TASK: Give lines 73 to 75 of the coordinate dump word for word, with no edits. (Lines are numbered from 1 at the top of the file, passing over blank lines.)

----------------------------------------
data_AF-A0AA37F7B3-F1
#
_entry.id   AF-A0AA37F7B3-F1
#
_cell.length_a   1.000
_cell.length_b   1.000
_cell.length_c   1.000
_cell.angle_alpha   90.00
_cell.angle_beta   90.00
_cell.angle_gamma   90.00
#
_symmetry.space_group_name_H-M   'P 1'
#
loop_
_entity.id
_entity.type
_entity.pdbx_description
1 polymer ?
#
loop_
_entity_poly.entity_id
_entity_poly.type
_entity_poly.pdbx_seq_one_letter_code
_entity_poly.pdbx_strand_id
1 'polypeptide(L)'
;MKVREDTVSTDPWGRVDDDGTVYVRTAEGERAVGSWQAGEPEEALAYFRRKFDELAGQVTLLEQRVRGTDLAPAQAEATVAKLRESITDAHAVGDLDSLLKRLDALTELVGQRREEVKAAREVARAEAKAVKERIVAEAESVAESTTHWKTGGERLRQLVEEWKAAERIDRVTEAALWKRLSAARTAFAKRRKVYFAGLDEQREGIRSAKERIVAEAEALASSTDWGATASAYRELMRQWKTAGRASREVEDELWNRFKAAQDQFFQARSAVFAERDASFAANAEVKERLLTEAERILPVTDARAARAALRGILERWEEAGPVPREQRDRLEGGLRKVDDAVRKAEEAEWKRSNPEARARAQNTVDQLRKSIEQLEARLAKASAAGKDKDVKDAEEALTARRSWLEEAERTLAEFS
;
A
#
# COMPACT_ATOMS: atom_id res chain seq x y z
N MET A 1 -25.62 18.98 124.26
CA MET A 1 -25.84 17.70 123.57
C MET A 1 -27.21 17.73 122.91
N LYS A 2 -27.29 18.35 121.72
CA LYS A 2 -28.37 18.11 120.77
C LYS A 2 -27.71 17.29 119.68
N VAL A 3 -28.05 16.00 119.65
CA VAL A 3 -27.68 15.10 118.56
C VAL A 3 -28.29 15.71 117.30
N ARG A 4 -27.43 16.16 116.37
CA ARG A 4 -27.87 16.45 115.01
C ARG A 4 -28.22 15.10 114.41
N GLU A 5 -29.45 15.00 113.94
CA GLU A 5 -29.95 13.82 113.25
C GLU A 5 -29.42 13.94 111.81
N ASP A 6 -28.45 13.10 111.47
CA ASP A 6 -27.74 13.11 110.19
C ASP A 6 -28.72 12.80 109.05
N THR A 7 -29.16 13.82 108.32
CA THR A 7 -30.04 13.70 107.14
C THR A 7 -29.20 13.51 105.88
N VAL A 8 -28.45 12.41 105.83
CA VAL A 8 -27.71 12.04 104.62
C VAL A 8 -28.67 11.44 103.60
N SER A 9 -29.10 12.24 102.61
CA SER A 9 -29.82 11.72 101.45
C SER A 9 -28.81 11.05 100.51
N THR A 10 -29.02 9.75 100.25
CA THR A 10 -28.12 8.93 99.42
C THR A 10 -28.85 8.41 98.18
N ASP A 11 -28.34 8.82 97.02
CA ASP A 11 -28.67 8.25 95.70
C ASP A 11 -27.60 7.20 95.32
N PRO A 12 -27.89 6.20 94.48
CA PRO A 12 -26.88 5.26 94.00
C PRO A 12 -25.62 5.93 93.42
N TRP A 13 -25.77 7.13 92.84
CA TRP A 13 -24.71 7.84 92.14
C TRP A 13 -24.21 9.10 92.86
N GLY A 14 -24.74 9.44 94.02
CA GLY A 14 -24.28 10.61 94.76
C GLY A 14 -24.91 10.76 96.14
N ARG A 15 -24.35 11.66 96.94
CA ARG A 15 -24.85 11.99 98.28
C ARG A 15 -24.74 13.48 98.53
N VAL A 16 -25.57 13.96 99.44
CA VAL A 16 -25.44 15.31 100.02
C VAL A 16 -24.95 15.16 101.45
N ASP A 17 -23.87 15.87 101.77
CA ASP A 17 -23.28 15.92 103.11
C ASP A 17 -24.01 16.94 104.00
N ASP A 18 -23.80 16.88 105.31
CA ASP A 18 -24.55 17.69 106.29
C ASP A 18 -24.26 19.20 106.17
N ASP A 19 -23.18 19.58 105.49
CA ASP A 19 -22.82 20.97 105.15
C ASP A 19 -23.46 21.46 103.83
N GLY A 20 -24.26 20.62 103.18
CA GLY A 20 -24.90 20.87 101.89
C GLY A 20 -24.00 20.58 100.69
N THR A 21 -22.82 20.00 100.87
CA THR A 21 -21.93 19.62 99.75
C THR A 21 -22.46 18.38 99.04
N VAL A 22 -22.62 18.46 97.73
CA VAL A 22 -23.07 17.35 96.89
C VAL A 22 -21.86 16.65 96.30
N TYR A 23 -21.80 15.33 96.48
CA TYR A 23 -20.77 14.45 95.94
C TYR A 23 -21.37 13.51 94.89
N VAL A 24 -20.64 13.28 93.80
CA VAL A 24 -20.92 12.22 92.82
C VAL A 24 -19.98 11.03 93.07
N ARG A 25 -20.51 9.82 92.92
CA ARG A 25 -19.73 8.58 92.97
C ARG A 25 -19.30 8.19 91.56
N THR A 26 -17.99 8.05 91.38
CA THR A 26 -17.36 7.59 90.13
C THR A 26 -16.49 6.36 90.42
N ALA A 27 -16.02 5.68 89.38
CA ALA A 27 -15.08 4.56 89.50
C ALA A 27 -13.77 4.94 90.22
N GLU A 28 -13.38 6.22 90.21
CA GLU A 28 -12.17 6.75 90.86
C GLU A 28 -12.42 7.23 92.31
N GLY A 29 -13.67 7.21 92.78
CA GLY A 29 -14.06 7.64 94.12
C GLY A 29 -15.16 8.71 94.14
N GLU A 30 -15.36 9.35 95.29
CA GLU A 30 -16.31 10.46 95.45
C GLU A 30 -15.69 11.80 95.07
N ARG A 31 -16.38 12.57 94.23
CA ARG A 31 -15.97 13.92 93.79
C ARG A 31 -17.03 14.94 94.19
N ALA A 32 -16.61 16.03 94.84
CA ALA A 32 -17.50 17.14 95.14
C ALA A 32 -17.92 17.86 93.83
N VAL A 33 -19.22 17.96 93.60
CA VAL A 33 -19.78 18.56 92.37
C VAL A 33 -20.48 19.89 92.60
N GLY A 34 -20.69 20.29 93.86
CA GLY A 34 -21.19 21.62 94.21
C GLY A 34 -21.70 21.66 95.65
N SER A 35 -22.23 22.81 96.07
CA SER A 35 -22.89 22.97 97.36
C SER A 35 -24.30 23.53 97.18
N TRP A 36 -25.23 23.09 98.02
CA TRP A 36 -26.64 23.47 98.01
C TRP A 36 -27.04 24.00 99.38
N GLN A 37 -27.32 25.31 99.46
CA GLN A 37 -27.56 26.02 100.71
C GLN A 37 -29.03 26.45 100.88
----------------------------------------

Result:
N ARG A 15 -24.35 11.66 96.94
CA ARG A 15 -24.85 11.99 98.28
C ARG A 15 -24.74 13.48 98.53